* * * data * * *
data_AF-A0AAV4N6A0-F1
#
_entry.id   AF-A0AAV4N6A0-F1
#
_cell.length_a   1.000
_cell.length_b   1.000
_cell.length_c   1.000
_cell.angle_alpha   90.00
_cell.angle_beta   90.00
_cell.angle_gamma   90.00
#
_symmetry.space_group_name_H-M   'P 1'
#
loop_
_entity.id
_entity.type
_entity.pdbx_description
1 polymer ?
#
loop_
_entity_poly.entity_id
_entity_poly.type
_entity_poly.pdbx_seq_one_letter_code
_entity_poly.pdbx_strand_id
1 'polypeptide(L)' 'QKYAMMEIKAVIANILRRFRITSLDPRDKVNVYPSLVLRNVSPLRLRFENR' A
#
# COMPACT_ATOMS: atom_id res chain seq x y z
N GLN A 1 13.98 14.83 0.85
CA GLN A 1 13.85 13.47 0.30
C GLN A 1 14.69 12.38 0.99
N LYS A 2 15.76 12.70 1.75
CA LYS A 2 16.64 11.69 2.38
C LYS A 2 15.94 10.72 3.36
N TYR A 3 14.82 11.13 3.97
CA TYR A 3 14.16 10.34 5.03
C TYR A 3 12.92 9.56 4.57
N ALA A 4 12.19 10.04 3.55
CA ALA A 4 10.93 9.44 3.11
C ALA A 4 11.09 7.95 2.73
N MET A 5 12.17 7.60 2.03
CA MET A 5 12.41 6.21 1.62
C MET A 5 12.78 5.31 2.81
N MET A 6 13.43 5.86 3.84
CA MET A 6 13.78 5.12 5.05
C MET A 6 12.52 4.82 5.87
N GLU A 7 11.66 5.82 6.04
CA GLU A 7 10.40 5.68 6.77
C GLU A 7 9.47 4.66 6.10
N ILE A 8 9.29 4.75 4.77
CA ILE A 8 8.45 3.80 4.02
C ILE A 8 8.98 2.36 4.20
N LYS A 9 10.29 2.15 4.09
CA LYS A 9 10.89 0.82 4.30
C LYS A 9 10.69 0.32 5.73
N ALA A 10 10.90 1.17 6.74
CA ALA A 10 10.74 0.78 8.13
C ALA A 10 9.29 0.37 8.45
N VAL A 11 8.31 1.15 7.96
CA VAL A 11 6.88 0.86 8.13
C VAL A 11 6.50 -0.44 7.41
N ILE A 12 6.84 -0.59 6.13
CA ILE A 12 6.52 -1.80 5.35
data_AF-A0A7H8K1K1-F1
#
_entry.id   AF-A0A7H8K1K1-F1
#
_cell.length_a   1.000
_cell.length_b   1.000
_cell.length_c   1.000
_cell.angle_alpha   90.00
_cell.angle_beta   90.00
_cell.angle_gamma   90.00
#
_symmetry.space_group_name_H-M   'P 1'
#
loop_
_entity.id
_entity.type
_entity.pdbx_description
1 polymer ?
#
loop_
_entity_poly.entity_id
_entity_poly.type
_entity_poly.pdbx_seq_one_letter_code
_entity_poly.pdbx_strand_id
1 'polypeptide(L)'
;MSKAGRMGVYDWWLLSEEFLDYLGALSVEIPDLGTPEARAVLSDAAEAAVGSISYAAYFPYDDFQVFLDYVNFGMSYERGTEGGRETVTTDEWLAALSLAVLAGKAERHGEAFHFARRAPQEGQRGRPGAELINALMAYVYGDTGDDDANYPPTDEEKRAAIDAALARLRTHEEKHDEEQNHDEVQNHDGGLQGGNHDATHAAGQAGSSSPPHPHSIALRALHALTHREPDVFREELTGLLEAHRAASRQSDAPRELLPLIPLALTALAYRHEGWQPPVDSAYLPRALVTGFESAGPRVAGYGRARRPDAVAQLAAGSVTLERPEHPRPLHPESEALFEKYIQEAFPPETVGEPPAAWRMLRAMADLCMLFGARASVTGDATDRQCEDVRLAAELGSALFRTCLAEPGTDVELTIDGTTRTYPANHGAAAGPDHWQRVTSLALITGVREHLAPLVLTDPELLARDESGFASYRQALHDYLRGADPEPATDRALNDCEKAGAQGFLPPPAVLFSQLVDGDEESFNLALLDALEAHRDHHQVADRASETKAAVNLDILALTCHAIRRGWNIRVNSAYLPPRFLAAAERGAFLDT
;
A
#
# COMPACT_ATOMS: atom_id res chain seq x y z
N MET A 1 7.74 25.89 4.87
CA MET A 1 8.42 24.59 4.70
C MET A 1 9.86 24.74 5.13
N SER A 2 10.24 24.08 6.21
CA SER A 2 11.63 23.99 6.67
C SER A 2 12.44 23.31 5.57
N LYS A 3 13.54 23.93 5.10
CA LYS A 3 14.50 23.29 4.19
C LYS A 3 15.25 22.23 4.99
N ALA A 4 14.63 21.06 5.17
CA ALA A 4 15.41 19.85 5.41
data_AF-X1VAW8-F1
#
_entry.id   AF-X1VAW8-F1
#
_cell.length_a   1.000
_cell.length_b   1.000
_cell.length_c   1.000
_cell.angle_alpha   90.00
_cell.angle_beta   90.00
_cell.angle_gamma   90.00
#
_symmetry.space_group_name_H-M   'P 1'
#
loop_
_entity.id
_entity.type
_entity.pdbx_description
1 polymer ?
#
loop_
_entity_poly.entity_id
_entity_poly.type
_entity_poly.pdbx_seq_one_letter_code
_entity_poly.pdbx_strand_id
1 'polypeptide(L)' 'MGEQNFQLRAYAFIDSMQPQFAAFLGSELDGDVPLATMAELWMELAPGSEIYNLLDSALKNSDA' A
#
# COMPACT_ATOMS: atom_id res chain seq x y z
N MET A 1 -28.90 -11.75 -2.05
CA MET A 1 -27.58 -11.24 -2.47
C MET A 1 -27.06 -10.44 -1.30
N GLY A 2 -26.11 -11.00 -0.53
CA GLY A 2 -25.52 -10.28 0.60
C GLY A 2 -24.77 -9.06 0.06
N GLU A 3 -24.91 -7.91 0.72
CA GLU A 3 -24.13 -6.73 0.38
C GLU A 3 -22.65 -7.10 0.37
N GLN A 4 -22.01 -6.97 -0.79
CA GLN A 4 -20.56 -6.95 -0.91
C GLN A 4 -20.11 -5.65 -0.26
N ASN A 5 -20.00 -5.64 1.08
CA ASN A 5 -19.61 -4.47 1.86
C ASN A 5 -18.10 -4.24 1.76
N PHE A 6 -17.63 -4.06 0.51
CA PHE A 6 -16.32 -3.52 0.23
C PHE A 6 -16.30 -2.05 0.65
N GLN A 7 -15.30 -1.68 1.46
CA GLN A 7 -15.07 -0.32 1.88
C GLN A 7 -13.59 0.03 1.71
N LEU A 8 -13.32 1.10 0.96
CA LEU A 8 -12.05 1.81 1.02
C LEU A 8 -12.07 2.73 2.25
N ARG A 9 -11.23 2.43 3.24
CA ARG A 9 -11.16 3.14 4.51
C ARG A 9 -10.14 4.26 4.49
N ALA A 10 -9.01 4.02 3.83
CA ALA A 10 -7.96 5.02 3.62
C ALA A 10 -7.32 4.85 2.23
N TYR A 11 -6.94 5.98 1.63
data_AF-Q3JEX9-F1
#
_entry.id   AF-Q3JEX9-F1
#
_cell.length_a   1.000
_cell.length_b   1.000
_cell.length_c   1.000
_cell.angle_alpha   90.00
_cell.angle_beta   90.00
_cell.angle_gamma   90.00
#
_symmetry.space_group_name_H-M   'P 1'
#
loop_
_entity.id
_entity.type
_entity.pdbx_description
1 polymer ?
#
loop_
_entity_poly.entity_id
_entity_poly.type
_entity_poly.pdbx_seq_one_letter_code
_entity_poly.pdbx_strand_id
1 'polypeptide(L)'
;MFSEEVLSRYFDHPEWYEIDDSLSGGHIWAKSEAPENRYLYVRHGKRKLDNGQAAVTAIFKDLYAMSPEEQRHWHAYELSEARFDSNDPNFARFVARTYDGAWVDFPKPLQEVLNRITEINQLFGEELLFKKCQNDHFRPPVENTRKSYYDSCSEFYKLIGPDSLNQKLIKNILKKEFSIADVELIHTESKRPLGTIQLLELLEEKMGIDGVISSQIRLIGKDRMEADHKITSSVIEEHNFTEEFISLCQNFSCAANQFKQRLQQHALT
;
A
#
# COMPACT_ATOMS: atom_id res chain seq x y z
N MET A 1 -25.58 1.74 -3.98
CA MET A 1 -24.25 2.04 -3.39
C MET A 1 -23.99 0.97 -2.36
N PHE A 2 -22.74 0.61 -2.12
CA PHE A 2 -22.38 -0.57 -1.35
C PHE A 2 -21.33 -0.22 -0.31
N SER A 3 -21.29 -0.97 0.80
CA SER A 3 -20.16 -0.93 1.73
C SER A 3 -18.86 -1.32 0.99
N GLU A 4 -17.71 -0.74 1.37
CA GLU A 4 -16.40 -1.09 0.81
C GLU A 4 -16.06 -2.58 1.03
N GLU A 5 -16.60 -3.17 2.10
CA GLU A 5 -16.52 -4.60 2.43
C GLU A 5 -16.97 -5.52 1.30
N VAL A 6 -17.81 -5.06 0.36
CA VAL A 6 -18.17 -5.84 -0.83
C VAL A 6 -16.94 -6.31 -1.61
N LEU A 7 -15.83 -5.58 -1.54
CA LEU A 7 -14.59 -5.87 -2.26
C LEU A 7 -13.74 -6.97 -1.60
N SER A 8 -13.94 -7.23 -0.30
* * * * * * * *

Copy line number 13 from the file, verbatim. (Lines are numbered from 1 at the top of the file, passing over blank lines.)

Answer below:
#